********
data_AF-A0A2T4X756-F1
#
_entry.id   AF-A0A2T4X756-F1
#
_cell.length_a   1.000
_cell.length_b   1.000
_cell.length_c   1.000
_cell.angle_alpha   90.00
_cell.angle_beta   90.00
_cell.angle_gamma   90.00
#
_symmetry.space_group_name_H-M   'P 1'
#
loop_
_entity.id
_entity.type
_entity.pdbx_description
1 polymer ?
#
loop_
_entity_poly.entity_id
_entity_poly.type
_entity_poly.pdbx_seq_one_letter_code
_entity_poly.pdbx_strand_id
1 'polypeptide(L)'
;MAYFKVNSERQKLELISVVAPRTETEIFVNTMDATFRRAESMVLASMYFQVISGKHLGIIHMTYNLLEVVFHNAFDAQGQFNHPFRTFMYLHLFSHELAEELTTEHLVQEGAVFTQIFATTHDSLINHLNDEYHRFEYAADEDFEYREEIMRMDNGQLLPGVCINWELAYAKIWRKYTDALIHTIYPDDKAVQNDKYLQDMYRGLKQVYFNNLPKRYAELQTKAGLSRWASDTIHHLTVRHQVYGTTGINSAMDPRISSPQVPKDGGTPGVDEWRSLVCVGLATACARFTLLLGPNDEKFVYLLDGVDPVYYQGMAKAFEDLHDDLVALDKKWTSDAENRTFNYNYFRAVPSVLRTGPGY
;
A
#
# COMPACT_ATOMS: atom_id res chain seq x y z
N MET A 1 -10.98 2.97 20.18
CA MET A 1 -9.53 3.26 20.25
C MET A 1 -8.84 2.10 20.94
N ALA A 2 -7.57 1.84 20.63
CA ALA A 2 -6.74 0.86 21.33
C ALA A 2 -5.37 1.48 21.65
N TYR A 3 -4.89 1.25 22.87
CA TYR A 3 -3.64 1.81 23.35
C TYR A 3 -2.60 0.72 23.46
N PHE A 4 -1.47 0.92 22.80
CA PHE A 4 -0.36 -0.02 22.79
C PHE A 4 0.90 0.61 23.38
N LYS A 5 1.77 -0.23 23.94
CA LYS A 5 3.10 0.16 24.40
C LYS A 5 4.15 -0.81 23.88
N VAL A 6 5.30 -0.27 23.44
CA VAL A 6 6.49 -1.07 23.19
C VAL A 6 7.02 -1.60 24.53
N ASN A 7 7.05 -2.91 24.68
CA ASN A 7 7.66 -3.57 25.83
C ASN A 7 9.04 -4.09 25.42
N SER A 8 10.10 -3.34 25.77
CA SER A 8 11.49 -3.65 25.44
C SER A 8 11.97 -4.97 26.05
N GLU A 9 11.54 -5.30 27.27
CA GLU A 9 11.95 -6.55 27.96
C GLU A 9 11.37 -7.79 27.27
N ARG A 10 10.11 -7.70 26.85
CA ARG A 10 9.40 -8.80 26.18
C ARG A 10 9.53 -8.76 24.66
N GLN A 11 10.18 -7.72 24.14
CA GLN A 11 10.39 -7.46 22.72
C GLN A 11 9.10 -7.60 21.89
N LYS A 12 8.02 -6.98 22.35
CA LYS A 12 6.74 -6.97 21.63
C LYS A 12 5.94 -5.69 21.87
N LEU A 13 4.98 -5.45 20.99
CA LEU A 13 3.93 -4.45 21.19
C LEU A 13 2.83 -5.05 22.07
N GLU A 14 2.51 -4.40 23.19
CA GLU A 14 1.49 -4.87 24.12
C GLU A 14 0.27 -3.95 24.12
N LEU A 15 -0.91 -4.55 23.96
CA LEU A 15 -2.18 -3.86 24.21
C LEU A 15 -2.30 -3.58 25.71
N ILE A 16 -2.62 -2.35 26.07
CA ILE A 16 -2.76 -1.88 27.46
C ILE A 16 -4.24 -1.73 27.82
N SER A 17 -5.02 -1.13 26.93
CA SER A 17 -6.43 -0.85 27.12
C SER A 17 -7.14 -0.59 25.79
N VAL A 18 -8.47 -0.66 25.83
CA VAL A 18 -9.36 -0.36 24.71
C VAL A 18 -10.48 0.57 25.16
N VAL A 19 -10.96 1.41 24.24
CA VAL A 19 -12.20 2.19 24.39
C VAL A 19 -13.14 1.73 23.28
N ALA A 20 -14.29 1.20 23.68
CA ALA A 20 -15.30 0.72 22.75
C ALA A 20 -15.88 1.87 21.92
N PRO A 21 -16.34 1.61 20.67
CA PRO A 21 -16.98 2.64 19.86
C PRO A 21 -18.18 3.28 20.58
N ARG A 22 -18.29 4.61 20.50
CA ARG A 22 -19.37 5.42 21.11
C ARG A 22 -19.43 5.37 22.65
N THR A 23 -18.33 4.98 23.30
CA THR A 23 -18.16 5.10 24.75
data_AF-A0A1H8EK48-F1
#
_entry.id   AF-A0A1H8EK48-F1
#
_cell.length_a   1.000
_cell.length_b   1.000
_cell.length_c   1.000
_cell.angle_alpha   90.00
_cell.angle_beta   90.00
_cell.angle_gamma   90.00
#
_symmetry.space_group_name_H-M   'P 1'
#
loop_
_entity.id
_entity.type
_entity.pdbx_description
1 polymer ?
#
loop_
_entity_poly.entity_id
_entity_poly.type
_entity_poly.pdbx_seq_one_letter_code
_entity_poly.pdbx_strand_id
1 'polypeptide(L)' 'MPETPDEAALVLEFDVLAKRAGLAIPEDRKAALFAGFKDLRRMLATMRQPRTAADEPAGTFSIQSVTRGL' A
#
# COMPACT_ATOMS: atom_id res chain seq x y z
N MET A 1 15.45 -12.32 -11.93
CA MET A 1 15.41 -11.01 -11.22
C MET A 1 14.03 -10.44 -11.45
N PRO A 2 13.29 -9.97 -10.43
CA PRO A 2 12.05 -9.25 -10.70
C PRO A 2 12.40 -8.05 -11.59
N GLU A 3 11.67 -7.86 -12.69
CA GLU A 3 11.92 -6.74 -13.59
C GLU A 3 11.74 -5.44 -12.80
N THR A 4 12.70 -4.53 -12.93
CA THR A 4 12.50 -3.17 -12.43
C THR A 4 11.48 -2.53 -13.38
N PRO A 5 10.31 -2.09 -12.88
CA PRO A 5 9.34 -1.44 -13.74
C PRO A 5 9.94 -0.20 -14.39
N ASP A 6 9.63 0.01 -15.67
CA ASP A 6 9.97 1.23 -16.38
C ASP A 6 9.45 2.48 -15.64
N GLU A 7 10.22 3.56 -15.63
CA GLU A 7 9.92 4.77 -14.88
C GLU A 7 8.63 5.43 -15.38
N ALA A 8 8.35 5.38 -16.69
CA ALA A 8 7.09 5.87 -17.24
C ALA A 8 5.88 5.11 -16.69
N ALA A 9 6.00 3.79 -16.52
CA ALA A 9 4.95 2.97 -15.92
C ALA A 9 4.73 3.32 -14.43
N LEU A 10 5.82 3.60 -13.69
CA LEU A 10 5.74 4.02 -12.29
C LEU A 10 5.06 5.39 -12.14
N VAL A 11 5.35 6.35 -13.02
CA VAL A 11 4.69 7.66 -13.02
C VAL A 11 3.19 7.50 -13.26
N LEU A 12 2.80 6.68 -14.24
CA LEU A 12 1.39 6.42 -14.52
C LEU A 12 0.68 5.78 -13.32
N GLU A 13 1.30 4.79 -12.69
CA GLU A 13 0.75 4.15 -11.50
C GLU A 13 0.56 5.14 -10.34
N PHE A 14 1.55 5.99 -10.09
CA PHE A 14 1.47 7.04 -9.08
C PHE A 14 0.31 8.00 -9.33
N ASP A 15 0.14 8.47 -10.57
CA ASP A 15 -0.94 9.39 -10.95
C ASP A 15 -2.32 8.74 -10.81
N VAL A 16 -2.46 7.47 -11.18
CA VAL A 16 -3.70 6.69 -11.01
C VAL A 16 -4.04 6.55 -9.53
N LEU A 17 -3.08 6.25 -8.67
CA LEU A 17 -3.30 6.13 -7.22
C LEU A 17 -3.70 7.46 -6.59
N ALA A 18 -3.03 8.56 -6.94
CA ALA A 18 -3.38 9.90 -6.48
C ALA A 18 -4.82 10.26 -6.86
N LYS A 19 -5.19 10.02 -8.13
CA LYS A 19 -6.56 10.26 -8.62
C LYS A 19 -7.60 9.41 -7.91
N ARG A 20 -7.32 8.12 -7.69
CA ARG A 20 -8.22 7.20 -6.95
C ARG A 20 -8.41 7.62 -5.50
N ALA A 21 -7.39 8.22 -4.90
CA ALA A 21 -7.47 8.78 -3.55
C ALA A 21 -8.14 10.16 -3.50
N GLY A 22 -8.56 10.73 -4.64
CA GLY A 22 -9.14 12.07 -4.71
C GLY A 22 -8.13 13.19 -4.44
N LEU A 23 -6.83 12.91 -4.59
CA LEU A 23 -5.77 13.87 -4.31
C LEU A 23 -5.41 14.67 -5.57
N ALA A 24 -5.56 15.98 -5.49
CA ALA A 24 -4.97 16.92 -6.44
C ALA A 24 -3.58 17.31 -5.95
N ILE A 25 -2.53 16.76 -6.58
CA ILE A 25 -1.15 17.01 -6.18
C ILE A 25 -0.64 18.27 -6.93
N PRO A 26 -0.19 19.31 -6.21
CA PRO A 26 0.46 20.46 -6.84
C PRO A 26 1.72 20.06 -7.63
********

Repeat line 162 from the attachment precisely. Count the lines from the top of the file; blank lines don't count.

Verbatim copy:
N GLU A 13 1.30 4.79 -12.69